I wonder if this consulting company actually took a look at how narrow the streets in that area are, and whether those streets were built to handle the weight of this increased traffic, I doubt it. This is going to be just another financial booddoggle undertaken by the city in general and Sun Metro in particular. Just a few years ago we spent millions to develop this area as the "Union Square Entertainment District" now its going to be a bus station. No wonder El Paso is so poor when we waste our scant financial assets on this sort of foolish project. It was the old mantra of Sun Metro that bus stations and parking garages equaled prosperity. That hasn't been true in other communities and it isn't true here either. Beto ORourke and Steve Ortega and the rest of the so called progressives on the city council need to actually travel to other cities to see how economic redevelopment is actually done. -- john Dynia
An international transit terminal would reflect the true interactive nature of our cohesive border community. -- Scott Comar
What this town needs is a Monorail!!! -- Lyle Lanley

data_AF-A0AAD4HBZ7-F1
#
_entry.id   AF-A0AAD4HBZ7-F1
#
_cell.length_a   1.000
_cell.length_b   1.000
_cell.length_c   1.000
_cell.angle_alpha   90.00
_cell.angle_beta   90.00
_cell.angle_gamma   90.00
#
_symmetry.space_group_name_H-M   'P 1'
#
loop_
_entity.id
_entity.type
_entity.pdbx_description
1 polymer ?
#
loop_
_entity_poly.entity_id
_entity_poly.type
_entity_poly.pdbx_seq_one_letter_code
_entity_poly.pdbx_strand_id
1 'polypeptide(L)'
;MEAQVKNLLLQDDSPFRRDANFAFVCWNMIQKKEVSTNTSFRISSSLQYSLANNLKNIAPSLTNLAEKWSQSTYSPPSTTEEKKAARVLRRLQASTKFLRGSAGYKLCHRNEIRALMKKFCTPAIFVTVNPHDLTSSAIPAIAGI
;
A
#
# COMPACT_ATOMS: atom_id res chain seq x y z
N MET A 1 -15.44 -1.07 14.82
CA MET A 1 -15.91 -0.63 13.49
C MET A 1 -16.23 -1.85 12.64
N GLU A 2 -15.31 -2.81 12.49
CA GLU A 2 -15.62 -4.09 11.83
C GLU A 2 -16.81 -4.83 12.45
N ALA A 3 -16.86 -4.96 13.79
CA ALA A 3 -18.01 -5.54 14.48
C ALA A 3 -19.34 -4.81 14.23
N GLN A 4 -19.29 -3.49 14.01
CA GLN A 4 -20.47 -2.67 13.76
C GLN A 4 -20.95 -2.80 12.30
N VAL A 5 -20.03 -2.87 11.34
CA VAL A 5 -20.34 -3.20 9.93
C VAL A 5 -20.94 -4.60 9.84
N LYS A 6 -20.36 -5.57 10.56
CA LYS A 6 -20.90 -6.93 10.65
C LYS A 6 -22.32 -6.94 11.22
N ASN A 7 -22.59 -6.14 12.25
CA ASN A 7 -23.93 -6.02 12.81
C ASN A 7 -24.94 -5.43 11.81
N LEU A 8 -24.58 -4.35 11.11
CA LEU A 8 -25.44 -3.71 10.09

Bus Rapid Transit is a band-aid approach to solving mass transit in El Paso. Start now with circulator electric streetcars serving downtown, then connect them to modern light rail. BRT (bus rapid transit) has not worked in other cities. But then, why am I surprised? El Paso historically does not benefit from knowledge available from successes and failures in other cities. Bus rapid transit, to do what it is supposed to do, relies upon a dedicated lane on the freeway. It is unlikely that TexDot is going to set aside a lane for BRT. If you construct an additional lane, then the cost is the same or more than a light rail, so why not go with the best system in the first place? What BRT usually ends up being is an express bus using a high occupancy lane at best - no significant gain in convenience or service to the public, but at a significant cost. -- Ron